Monday, September 13, 2010

Tables for Art, Sewing, Drafting, Architecture or Kitchen

Today, while in Boston, I was glancing through a book that gave information on how to design your sewing room. Very much like an art studio (art room), I went through it, always interested in organizing my art studio. Being a room right in between rooms in my house; my art studio was a dining room, then it was a sitting room, now it is my art room. To the right of my art studio is the dining room now, and to the left is the kitchen. My studio has complete open doorways, so there are no walls or should I say partial door ways with about 12 inches build out from the doorway. The other two walls have windows in the middle of the walls. It feels like everything lines the edges of the walls and one bureau sticks out. Please don't think I am complaining or unhappy. I am doing much better than a year ago, not working on much art at all. Always contemplating a spot to work in, how to fix it up, what colors to paint the walls, (what walls basically) and making as most space as I can. I don't want to go and get rid of the two bureaus I have because I did buy them, but I think they may be too long, one being over 4 feet long and the other five feet long. I have two tall white tiers int he room also which have glass shelves and cabinets underneath each tier. I have my fabric books and ephemera in baskets on each shelf. I feel still unsure if I am using my space the best way. Having my supplies out helps me in creating, using all of the supplies.

I may or may not do this, and I showed my daughter also who talks about becoming an architect:

Purchase an old desk, perhaps two drawers to the left
and two drawers to the right, and a top long drawer.
Turn the bureau upside down (this may need another person)
Buy four roller wheels and screw them into the legs of the desk.
Purchase a piece of ply wood the size of the bottom of the desk
and nail the plywood in all around the desk bottom or staple
with a heavy duty staple gun.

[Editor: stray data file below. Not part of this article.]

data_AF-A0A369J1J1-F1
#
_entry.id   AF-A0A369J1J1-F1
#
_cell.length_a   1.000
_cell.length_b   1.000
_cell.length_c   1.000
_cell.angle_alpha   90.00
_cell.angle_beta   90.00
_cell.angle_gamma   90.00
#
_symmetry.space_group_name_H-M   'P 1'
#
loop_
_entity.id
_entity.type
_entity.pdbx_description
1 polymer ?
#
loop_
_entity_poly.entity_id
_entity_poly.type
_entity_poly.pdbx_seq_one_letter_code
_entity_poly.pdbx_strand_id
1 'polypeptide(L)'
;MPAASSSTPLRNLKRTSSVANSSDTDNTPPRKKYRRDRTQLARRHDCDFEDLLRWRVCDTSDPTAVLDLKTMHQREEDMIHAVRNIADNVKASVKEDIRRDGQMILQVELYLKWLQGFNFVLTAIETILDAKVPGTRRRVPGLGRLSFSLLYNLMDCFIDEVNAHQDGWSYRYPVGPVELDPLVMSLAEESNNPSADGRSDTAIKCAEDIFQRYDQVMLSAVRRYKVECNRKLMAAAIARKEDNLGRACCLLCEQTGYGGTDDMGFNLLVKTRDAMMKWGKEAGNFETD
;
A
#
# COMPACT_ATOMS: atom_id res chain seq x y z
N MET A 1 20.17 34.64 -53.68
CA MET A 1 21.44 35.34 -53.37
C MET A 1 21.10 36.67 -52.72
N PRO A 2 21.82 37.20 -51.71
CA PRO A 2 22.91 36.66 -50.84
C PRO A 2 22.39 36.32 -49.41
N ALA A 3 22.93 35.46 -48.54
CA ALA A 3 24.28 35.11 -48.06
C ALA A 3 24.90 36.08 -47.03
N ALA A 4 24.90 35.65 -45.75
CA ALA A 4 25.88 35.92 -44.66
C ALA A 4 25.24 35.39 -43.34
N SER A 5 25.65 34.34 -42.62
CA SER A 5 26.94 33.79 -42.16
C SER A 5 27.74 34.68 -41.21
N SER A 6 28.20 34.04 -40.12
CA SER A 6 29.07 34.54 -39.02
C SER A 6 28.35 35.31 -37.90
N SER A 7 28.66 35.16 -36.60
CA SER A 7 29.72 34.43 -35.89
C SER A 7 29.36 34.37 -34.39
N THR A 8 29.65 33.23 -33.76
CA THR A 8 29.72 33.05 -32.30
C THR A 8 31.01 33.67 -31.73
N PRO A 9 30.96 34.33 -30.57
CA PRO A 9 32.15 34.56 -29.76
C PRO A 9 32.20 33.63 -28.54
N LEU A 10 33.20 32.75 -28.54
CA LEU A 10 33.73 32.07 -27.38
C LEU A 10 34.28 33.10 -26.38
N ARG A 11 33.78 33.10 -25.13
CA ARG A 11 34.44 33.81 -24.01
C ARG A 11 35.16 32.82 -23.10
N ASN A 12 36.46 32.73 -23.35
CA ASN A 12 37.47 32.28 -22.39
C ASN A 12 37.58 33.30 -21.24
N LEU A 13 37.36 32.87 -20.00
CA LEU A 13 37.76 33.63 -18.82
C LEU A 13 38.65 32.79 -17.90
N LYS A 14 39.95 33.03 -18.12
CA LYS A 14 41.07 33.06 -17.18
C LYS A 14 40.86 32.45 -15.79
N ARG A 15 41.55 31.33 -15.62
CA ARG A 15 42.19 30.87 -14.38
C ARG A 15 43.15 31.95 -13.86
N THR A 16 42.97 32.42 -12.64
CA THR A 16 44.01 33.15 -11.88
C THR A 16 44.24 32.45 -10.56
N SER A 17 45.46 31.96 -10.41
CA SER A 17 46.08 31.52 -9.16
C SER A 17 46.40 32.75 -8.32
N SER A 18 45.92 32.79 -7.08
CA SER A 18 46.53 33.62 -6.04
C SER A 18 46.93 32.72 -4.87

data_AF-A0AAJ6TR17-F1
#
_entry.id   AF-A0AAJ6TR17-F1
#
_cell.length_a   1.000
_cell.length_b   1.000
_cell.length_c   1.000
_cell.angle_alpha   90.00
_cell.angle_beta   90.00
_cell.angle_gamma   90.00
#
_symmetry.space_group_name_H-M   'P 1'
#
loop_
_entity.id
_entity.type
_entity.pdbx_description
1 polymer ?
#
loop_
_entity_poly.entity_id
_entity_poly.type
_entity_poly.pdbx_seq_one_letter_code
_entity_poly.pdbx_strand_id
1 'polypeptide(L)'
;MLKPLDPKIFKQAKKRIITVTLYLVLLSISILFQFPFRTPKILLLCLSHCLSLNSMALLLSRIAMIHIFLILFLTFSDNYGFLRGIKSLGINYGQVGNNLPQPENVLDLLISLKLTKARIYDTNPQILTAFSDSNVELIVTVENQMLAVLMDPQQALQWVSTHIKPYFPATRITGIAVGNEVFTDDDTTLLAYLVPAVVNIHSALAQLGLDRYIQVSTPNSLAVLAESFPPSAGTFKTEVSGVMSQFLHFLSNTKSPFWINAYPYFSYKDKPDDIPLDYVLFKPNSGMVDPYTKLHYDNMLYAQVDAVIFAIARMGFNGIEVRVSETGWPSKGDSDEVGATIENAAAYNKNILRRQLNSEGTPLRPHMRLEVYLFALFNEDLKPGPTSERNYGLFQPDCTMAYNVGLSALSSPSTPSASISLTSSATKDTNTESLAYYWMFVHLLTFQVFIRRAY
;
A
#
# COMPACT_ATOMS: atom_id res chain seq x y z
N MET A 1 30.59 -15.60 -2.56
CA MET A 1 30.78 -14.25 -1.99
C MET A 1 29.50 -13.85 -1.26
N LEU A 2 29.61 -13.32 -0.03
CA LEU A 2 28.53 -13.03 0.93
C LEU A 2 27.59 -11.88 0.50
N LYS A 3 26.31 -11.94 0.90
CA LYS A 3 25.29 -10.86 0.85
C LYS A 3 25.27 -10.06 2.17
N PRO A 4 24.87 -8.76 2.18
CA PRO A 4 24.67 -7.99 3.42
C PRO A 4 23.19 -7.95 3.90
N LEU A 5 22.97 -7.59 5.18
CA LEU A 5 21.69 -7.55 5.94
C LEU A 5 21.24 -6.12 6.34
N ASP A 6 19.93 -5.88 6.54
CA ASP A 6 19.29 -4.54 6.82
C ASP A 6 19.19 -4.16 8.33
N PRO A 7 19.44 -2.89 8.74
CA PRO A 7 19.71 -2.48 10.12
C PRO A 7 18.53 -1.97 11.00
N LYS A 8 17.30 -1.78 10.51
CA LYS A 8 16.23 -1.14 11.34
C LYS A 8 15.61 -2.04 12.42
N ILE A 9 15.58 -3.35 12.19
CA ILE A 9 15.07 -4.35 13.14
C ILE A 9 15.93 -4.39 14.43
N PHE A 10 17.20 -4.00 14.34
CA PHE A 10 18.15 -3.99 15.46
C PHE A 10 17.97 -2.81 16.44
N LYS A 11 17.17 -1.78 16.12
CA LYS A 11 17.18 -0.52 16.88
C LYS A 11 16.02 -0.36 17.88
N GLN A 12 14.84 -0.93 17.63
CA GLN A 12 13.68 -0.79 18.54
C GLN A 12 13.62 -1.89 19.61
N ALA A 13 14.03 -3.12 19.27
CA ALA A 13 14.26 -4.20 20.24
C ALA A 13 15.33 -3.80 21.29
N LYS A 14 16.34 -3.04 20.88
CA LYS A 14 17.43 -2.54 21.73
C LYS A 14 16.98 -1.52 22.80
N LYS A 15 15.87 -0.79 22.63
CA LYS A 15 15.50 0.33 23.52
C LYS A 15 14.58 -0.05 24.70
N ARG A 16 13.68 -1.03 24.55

Turn the desk back over, and now you can roll it. The ply-
wood you put on the bottom made a shelf so that you can store
your larger canvases, drawing pads and or finished art work
in between the drawers (this is where you would put your legs.
Measure the top of the desk and have a piece of glass cut for it.
Select favorite hooks of all sorts and screw them into the sides
of the desk so that you can hang up your palette, your rules etc.

The reason I showed my daugher this is because it is a great invention for college. Most of the time, the college will supply you your desk, but perhaps you could talk to your RA or dormmother and see if you can have the college desk removed, and roll your right in. You can keep all of your art supplies or sewing all in and on one piece of furniture. Perhaps you could buy a tall and slender burea, put wheels on it also, and place it at the end of the desk. Place a great light on top of the burea, and one on your desk. You need good lighting if you are doing design, drawing, or sewing.

Above is a quick sketch or drawing of what I saw in that particular book.

You can be very creative here for your personal style. Paint your desk the color you want, strip it of it's previous paint or stain, and restain. Put different handles on it if the ones there are not what you like.

Put a cutting board on top of the desk rather than a piece of glass if you want to use this desk for you kitchen, and place your cookie sheets where you would have put your canvas or drawing pads. This type of desk can be used for many rooms in your home.

Instead of putting, canvas, drawing pads and art work in between the drawers, you can put your fabric books or your second sewing machine there. Place your only sewing machine there when not in use and use the top of the desk for other reasons.

Wall paper books go great in between too if you are a collage artist.

Black chaulkboard paint is wonderful to paint the sides of the desk if you want to write yourself notes.

The list of ideas goes on and on!

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